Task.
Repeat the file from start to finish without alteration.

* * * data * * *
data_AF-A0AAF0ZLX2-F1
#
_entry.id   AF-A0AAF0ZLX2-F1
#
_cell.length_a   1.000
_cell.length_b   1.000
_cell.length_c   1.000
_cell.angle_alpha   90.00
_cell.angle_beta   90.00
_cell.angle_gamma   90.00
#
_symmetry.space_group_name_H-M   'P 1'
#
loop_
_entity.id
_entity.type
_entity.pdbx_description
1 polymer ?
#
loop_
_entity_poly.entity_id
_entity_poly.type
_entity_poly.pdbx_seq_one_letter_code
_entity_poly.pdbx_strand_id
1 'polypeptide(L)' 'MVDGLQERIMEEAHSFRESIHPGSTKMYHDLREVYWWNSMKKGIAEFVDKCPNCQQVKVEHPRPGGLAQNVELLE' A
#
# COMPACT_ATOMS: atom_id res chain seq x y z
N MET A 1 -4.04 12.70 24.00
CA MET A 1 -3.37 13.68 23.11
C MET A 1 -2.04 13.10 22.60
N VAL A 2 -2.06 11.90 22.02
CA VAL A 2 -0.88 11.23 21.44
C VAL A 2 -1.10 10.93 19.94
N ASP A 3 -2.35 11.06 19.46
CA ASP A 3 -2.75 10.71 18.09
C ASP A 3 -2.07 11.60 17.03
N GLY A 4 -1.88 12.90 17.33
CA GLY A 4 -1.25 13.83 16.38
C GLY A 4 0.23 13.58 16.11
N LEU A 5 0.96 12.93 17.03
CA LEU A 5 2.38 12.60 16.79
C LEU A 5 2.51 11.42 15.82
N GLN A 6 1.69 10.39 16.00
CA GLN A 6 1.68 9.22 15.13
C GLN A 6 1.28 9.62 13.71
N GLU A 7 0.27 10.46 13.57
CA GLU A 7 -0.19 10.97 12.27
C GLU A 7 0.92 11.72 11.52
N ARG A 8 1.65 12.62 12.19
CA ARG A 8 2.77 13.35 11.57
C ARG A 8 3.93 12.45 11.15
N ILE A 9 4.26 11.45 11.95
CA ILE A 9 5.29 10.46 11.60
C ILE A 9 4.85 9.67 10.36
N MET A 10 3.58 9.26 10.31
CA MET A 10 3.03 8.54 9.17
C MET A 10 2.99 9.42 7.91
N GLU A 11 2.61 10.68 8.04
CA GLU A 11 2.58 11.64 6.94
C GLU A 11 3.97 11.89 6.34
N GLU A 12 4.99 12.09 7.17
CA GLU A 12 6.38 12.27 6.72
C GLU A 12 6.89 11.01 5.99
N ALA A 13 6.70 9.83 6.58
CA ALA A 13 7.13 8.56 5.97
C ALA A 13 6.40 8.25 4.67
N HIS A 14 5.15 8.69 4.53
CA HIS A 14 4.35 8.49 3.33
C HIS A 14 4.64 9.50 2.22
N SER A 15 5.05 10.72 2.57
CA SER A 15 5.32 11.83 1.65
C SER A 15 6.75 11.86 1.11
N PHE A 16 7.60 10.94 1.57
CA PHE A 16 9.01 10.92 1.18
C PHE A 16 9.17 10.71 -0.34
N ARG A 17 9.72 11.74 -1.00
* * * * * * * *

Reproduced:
data_AF-A0AAF0ZLX2-F1
#
_entry.id   AF-A0AAF0ZLX2-F1
#
_cell.length_a   1.000
_cell.length_b   1.000
_cell.length_c   1.000
_cell.angle_alpha   90.00
_cell.angle_beta   90.00
_cell.angle_gamma   90.00
#
_symmetry.space_group_name_H-M   'P 1'
#
loop_
_entity.id
_entity.type
_entity.pdbx_description
1 polymer ?
#
loop_
_entity_poly.entity_id
_entity_poly.type
_entity_poly.pdbx_seq_one_letter_code
_entity_poly.pdbx_strand_id
1 'polypeptide(L)' 'MVDGLQERIMEEAHSFRESIHPGSTKMYHDLREVYWWNSMKKGIAEFVDKCPNCQQVKVEHPRPGGLAQNVELLE' A
#
# COMPACT_ATOMS: atom_id res chain seq x y z
N MET A 1 -4.04 12.70 24.00
CA MET A 1 -3.37 13.68 23.11
C MET A 1 -2.04 13.10 22.60
N VAL A 2 -2.06 11.90 22.02
CA VAL A 2 -0.88 11.23 21.44
C VAL A 2 -1.10 10.93 19.94
N ASP A 3 -2.35 11.06 19.46
CA ASP A 3 -2.75 10.71 18.09
C ASP A 3 -2.07 11.60 17.03
N GLY A 4 -1.88 12.90 17.33
CA GLY A 4 -1.25 13.83 16.38
C GLY A 4 0.23 13.58 16.11
N LEU A 5 0.96 12.93 17.03
CA LEU A 5 2.38 12.60 16.79
C LEU A 5 2.51 11.42 15.82
N GLN A 6 1.69 10.39 16.00
CA GLN A 6 1.68 9.22 15.13
C GLN A 6 1.28 9.62 13.71
N GLU A 7 0.27 10.46 13.57
CA GLU A 7 -0.19 10.97 12.27
C GLU A 7 0.92 11.72 11.52
N ARG A 8 1.65 12.62 12.19
CA ARG A 8 2.77 13.35 11.57
C ARG A 8 3.93 12.45 11.15
N ILE A 9 4.26 11.45 11.95
CA ILE A 9 5.29 10.46 11.60
C ILE A 9 4.85 9.67 10.36
N MET A 10 3.58 9.26 10.31
CA MET A 10 3.03 8.54 9.17
C MET A 10 2.99 9.42 7.91
N GLU A 11 2.61 10.68 8.04
CA GLU A 11 2.58 11.64 6.94
C GLU A 11 3.97 11.89 6.34
N GLU A 12 4.99 12.09 7.17
CA GLU A 12 6.38 12.27 6.72
C GLU A 12 6.89 11.01 5.99
N ALA A 13 6.70 9.83 6.58
CA ALA A 13 7.13 8.56 5.97
C ALA A 13 6.40 8.25 4.67
N HIS A 14 5.15 8.69 4.53
CA HIS A 14 4.35 8.49 3.33
C HIS A 14 4.64 9.50 2.22
N SER A 15 5.05 10.72 2.57
CA SER A 15 5.32 11.83 1.65
C SER A 15 6.75 11.86 1.11
N PHE A 16 7.60 10.94 1.57
CA PHE A 16 9.01 10.92 1.18
C PHE A 16 9.17 10.71 -0.34
N ARG A 17 9.72 11.74 -1.00